• not in education, employment or training
        • living, working or studying overseas
        • undertaking activity other than paid employment or study in the UK
        • not successfully matched to a record in our data sources

        6%

        4%

        3%

        Additional destinations

        Apprenticeships

        more info Click to expand

        Students are reported as in an apprenticeship if they sustained education or employment for 2 terms and had a record of taking a funded apprenticeship at any time between August and July. All apprentices also appear under either employment or education destinations.

        12%

        10%

        7%

        UCAS deferred entries to higher education institutions

        more info Click to expand

        Students reported by UCAS as having accepted a deferred place at a UK university for 2016/17. Students are also reported according to their activity in the 2015/16 academic year, for example employment or destination unknown.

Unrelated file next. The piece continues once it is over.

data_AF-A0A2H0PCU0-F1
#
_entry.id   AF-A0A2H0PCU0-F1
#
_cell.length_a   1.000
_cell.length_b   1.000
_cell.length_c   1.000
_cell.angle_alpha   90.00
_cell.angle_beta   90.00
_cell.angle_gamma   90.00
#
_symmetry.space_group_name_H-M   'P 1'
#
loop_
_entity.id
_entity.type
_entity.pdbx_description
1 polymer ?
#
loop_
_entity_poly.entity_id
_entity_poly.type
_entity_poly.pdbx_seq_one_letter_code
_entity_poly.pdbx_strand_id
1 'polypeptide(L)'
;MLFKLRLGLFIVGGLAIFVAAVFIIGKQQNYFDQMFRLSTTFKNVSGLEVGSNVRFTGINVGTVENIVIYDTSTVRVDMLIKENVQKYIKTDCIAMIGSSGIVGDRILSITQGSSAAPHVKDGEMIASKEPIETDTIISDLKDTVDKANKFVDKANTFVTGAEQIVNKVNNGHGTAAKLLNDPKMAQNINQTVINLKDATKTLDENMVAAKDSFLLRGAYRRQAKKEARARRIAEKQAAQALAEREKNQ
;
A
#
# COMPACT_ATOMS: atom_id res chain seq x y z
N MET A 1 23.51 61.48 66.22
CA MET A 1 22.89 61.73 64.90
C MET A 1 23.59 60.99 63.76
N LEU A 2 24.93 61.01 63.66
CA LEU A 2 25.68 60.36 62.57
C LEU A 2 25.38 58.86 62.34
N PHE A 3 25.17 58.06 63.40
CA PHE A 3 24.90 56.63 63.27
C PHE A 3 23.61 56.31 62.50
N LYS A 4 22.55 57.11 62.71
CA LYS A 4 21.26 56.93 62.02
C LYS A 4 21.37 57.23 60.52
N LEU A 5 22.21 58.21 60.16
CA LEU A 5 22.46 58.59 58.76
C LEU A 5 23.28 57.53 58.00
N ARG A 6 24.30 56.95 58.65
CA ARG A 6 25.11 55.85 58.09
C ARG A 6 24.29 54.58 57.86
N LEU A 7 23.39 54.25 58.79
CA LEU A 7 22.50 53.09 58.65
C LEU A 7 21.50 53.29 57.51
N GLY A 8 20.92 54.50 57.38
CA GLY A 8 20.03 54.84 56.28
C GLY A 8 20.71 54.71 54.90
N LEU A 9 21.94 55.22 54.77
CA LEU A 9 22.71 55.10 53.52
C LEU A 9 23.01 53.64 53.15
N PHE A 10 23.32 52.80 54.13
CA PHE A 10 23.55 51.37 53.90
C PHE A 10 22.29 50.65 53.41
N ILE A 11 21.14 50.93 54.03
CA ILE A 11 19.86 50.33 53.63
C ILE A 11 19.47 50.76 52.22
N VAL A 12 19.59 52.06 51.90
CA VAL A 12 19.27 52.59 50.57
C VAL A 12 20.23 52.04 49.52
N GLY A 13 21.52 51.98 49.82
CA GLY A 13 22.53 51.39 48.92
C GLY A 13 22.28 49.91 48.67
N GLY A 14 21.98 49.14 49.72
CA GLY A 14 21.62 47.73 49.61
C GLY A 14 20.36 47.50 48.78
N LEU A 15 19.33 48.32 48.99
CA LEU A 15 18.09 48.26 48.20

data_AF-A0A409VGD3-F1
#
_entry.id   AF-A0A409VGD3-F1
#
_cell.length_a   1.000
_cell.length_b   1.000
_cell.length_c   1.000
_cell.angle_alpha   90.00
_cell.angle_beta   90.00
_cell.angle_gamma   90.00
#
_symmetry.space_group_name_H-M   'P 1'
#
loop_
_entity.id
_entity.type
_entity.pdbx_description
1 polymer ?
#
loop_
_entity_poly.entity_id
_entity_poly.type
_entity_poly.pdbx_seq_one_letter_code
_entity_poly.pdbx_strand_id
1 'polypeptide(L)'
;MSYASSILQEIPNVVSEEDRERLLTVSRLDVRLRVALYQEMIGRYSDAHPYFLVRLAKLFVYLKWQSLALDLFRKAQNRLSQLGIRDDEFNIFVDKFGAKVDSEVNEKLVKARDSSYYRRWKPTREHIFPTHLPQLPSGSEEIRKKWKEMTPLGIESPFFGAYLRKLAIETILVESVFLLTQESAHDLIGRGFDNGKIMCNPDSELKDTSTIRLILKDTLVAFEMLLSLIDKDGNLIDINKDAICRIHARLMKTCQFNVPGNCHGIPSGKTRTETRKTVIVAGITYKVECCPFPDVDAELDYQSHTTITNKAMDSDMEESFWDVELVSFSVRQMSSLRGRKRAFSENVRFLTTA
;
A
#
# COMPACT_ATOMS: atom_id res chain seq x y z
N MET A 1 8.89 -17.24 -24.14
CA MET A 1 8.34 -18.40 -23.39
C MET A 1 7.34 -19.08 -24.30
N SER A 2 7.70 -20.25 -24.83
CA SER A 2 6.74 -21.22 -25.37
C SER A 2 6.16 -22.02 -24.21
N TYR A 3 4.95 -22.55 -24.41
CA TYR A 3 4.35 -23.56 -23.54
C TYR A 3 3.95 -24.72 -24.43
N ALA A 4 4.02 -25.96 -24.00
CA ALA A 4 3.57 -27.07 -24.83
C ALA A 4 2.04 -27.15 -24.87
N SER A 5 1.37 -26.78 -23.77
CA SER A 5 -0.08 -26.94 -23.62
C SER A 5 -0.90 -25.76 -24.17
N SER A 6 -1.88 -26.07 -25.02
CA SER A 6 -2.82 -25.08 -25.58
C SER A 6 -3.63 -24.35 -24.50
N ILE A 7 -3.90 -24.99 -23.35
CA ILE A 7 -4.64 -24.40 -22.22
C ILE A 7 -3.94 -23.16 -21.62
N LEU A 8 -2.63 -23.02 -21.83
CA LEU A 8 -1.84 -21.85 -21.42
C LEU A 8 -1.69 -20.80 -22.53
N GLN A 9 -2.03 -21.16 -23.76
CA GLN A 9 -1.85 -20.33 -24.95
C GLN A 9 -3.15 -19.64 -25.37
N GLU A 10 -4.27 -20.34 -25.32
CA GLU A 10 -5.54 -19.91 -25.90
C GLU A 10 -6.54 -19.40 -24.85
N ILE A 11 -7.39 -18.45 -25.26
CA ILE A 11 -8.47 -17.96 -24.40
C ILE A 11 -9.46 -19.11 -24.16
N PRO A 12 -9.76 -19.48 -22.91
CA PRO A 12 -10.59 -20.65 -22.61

3%

        3%

        3%

        Disadvantaged students Click to expand

        Disadvantaged students are those who attract pupil premium funding at the end of key stage 4, meaning students claiming free school meals at any point in the previous 6 years, students in care, and those who left care through adoption or another formal route.The performance of disadvantaged students is compared with the local authority and the England average for ‘other’, where other means non – disadvantaged students.

        OverallSchool / college disadvantaged studentsLocal authority state-funded schools / colleges other studentsEngland state-funded schools / colleges other students